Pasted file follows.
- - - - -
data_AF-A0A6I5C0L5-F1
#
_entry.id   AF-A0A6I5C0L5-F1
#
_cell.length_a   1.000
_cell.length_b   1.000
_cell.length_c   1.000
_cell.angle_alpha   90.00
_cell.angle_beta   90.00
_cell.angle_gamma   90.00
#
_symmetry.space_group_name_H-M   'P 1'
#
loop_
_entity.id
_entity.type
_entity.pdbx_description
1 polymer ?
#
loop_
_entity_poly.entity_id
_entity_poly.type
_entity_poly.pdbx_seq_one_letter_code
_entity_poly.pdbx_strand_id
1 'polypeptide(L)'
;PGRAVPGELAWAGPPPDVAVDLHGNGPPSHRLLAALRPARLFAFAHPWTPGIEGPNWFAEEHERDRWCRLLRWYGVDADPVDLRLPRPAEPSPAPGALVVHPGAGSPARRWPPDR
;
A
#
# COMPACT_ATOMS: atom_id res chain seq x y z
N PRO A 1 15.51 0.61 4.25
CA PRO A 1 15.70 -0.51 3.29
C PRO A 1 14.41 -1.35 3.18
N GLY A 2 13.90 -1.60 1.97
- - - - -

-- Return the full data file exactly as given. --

data_AF-A0A6I5C0L5-F1
#
_entry.id   AF-A0A6I5C0L5-F1
#
_cell.length_a   1.000
_cell.length_b   1.000
_cell.length_c   1.000
_cell.angle_alpha   90.00
_cell.angle_beta   90.00
_cell.angle_gamma   90.00
#
_symmetry.space_group_name_H-M   'P 1'
#
loop_
_entity.id
_entity.type
_entity.pdbx_description
1 polymer ?
#
loop_
_entity_poly.entity_id
_entity_poly.type
_entity_poly.pdbx_seq_one_letter_code
_entity_poly.pdbx_strand_id
1 'polypeptide(L)'
;PGRAVPGELAWAGPPPDVAVDLHGNGPPSHRLLAALRPARLFAFAHPWTPGIEGPNWFAEEHERDRWCRLLRWYGVDADPVDLRLPRPAEPSPAPGALVVHPGAGSPARRWPPDR
;
A
#
# COMPACT_ATOMS: atom_id res chain seq x y z
N PRO A 1 15.51 0.61 4.25
CA PRO A 1 15.70 -0.51 3.29
C PRO A 1 14.41 -1.35 3.18
N GLY A 2 13.90 -1.60 1.97